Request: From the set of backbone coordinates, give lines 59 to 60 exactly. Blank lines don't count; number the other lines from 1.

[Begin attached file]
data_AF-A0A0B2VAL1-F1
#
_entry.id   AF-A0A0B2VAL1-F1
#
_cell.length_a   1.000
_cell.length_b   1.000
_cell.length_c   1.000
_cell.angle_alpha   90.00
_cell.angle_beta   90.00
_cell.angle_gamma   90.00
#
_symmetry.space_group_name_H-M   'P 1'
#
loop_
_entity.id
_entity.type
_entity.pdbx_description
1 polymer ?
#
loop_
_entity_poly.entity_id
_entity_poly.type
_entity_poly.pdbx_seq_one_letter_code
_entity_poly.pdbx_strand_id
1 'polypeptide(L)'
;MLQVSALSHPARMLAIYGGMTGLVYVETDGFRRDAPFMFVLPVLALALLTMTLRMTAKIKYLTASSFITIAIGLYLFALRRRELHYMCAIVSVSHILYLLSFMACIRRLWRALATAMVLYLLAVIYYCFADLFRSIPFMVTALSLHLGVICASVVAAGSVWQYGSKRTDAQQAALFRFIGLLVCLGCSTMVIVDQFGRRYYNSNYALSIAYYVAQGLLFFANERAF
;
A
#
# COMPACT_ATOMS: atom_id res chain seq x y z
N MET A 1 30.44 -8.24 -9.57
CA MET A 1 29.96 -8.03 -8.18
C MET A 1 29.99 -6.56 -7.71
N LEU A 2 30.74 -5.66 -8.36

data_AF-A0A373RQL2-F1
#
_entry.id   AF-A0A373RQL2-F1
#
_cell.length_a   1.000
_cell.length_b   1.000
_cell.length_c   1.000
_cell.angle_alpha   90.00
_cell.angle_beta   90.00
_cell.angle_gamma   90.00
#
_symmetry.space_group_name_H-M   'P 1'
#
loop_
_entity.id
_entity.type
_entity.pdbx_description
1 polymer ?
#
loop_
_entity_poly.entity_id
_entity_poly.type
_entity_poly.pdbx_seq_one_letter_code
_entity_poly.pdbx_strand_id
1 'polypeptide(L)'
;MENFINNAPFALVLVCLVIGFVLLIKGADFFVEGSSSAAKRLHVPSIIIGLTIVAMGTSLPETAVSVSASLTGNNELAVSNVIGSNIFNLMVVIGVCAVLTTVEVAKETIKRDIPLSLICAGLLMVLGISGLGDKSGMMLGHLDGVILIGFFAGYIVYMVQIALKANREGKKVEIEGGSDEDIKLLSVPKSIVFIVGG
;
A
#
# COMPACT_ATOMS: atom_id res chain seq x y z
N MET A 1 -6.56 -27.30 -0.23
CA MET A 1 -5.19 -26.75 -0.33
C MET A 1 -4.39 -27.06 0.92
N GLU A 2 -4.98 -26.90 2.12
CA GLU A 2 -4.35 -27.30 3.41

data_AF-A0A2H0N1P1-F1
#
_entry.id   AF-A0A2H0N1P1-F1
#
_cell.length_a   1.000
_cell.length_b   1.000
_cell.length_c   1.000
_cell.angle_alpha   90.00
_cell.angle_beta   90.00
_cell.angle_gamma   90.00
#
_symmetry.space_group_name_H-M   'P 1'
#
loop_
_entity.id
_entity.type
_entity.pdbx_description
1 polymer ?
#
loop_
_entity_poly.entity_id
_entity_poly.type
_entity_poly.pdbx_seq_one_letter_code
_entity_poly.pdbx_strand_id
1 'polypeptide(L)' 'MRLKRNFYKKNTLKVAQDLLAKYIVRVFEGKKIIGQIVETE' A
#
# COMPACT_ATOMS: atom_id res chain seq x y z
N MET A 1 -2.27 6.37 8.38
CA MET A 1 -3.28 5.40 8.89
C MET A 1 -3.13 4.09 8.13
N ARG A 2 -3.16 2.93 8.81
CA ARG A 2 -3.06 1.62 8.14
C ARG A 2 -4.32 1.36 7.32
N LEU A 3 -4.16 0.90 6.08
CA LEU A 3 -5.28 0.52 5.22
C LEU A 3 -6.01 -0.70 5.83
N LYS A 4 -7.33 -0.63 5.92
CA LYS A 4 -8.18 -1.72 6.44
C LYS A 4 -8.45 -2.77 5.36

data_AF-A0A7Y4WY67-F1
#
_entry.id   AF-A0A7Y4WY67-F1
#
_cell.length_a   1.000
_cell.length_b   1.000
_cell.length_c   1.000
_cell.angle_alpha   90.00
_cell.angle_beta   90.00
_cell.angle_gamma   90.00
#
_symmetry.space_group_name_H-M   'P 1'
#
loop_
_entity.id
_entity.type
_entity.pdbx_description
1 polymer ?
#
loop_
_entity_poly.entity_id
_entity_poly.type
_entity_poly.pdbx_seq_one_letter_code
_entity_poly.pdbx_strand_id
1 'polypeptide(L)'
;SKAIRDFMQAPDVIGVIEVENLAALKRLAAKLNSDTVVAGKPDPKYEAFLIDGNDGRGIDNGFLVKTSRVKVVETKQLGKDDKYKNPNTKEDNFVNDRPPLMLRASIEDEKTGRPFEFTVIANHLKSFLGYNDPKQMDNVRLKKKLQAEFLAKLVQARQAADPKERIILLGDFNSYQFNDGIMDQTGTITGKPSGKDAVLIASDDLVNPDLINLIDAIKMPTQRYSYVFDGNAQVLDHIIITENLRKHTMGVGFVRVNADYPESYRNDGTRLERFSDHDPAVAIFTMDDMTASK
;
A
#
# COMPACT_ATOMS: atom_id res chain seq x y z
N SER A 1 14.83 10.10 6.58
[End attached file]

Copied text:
1 'polypeptide(L)'
;MENFINNAPFALVLVCLVIGFVLLIKGADFFVEGSSSAAKRLHVPSIIIGLTIVAMGTSLPETAVSVSASLTGNNELAVSNVIGSNIFNLMVVIGVCAVLTTVEVAKETIKRDIPLSLICAGLLMVLGISGLGDKSGMMLGHLDGVILIGFFAGYIVYMVQIALKANREGKKVEIEGGSDEDIKLLSVPKSIVFIVGG